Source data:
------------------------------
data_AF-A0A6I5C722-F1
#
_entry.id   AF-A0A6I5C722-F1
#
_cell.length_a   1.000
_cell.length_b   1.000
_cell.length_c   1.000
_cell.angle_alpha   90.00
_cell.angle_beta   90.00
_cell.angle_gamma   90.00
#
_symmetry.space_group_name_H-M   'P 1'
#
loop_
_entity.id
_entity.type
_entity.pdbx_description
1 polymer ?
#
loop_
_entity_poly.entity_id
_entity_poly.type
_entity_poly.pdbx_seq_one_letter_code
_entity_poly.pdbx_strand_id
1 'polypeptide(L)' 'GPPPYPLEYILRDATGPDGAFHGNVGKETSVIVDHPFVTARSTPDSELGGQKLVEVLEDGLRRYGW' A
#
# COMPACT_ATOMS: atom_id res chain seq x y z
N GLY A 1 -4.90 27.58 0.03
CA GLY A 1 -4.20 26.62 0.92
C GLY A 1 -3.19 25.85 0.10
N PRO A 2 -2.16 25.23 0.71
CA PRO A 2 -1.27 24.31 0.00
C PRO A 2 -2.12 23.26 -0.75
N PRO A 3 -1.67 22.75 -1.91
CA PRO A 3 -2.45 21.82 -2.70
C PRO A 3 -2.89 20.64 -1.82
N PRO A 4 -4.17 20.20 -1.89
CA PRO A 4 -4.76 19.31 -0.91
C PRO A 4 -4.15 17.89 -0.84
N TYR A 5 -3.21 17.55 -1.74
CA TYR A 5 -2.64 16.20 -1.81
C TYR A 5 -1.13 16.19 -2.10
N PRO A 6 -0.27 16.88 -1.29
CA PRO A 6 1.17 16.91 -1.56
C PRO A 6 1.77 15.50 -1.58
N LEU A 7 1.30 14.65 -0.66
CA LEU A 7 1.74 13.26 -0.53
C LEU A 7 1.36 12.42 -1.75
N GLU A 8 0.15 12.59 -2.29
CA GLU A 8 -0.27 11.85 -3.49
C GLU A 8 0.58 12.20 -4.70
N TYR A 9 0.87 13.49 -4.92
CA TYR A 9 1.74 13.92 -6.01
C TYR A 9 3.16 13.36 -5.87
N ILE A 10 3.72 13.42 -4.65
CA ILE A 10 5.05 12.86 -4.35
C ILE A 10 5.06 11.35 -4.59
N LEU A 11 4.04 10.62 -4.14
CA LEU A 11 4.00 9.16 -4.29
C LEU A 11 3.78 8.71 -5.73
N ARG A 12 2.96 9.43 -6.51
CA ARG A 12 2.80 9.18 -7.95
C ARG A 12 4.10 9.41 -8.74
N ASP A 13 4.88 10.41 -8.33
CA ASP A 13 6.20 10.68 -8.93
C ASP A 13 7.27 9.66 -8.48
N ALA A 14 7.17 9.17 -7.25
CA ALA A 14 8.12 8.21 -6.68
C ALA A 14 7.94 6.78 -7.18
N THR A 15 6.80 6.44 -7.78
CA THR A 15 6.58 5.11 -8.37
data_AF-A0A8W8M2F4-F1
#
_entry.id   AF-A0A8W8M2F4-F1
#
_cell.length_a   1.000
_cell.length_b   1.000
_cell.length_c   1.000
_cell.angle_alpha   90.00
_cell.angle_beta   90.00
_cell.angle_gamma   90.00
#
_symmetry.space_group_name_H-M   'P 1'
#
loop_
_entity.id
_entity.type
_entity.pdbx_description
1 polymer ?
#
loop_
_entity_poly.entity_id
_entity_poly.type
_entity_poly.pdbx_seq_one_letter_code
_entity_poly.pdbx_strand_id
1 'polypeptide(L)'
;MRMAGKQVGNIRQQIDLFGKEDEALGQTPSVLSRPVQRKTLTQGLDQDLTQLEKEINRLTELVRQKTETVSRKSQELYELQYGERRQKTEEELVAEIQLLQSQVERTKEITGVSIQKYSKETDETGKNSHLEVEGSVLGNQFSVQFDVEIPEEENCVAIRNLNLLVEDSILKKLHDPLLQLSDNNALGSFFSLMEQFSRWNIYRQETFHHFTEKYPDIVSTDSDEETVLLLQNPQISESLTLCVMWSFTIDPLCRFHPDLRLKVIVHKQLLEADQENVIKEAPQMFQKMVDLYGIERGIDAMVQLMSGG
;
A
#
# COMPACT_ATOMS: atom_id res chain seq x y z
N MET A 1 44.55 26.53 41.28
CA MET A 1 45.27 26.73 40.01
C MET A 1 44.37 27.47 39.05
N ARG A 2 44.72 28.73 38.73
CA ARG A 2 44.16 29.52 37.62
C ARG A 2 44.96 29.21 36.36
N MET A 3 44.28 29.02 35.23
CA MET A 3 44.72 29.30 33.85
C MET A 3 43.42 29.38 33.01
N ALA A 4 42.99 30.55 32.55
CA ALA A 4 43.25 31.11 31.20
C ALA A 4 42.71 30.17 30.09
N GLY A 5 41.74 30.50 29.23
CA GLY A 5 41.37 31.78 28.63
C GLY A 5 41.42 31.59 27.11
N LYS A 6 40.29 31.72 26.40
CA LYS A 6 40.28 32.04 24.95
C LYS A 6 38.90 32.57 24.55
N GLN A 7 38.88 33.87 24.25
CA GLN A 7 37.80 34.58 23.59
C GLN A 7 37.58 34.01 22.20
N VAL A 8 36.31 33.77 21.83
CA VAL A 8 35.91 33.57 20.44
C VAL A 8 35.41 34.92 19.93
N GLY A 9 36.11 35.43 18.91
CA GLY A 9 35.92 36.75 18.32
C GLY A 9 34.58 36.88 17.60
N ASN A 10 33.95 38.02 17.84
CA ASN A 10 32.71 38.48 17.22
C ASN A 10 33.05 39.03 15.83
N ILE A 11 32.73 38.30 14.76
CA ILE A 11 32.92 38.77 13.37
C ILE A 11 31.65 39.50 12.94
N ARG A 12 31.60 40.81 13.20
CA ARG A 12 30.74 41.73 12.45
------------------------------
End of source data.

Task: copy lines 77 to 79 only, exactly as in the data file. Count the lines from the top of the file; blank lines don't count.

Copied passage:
_cell.length_b   1.000
_cell.length_c   1.000
_cell.angle_alpha   90.00